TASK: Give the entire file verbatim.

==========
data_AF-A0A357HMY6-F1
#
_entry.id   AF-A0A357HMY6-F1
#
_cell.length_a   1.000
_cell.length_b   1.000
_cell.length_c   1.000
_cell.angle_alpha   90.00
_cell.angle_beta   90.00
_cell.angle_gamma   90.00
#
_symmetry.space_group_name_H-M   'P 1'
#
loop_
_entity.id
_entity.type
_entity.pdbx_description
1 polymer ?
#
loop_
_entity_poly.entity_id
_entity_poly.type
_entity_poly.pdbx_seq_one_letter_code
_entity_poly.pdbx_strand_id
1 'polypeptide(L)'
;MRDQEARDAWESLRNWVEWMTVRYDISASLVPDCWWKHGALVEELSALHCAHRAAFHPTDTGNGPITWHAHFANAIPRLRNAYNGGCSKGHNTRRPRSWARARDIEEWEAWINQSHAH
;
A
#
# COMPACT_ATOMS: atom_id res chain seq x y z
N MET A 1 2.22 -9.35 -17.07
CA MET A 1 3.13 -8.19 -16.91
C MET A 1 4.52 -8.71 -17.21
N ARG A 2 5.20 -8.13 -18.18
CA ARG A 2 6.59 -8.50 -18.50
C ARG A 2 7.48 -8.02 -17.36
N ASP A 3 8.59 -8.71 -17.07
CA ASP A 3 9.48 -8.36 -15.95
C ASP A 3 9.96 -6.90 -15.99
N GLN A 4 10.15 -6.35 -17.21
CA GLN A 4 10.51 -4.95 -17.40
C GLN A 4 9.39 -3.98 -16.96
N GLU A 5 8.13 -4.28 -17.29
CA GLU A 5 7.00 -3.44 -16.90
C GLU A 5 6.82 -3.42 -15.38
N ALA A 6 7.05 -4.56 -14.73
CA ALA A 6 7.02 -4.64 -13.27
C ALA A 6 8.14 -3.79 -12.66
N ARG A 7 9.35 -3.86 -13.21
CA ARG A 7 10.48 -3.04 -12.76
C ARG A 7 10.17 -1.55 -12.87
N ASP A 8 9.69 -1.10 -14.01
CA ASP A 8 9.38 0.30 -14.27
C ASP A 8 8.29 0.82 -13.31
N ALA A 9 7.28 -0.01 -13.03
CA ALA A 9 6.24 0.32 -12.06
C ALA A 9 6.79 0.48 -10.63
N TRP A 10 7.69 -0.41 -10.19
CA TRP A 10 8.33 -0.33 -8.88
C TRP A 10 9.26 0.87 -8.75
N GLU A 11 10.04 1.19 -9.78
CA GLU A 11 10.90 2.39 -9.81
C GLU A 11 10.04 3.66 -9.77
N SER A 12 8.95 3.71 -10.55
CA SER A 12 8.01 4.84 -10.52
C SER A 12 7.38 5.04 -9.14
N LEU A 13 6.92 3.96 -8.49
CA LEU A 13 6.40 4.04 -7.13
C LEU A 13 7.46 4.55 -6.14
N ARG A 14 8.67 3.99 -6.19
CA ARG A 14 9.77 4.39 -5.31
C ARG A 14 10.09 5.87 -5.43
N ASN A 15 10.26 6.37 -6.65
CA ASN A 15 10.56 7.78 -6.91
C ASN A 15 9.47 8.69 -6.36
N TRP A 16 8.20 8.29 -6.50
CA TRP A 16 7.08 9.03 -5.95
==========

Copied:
data_AF-A0A357HMY6-F1
#
_entry.id   AF-A0A357HMY6-F1
#
_cell.length_a   1.000
_cell.length_b   1.000
_cell.length_c   1.000
_cell.angle_alpha   90.00
_cell.angle_beta   90.00
_cell.angle_gamma   90.00
#
_symmetry.space_group_name_H-M   'P 1'
#
loop_
_entity.id
_entity.type
_entity.pdbx_description
1 polymer ?
#
loop_
_entity_poly.entity_id
_entity_poly.type
_entity_poly.pdbx_seq_one_letter_code
_entity_poly.pdbx_strand_id
1 'polypeptide(L)'
;MRDQEARDAWESLRNWVEWMTVRYDISASLVPDCWWKHGALVEELSALHCAHRAAFHPTDTGNGPITWHAHFANAIPRLRNAYNGGCSKGHNTRRPRSWARARDIEEWEAWINQSHAH
;
A
#
# COMPACT_ATOMS: atom_id res chain seq x y z
N MET A 1 2.22 -9.35 -17.07
CA MET A 1 3.13 -8.19 -16.91
C MET A 1 4.52 -8.71 -17.21
N ARG A 2 5.20 -8.13 -18.18
CA ARG A 2 6.59 -8.50 -18.50
C ARG A 2 7.48 -8.02 -17.36
N ASP A 3 8.59 -8.71 -17.07
CA ASP A 3 9.48 -8.36 -15.95
C ASP A 3 9.96 -6.90 -15.99
N GLN A 4 10.15 -6.35 -17.21
CA GLN A 4 10.51 -4.95 -17.40
C GLN A 4 9.39 -3.98 -16.96
N GLU A 5 8.13 -4.28 -17.29
CA GLU A 5 7.00 -3.44 -16.90
C GLU A 5 6.82 -3.42 -15.38
N ALA A 6 7.05 -4.56 -14.73
CA ALA A 6 7.02 -4.64 -13.27
C ALA A 6 8.14 -3.79 -12.66
N ARG A 7 9.35 -3.86 -13.21
CA ARG A 7 10.48 -3.04 -12.76
C ARG A 7 10.17 -1.55 -12.87
N ASP A 8 9.69 -1.10 -14.01
CA ASP A 8 9.38 0.30 -14.27
C ASP A 8 8.29 0.82 -13.31
N ALA A 9 7.28 -0.01 -13.03
CA ALA A 9 6.24 0.32 -12.06
C ALA A 9 6.79 0.48 -10.63
N TRP A 10 7.69 -0.41 -10.19
CA TRP A 10 8.33 -0.33 -8.88
C TRP A 10 9.26 0.87 -8.75
N GLU A 11 10.04 1.19 -9.78
CA GLU A 11 10.90 2.39 -9.81
C GLU A 11 10.04 3.66 -9.77
N SER A 12 8.95 3.71 -10.55
CA SER A 12 8.01 4.84 -10.52
C SER A 12 7.38 5.04 -9.14
N LEU A 13 6.92 3.96 -8.49
CA LEU A 13 6.40 4.04 -7.13
C LEU A 13 7.46 4.55 -6.14
N ARG A 14 8.67 3.99 -6.19
CA ARG A 14 9.77 4.39 -5.31
C ARG A 14 10.09 5.87 -5.43
N ASN A 15 10.26 6.37 -6.65
CA ASN A 15 10.56 7.78 -6.91
C ASN A 15 9.47 8.69 -6.36
N TRP A 16 8.20 8.29 -6.50
CA TRP A 16 7.08 9.03 -5.95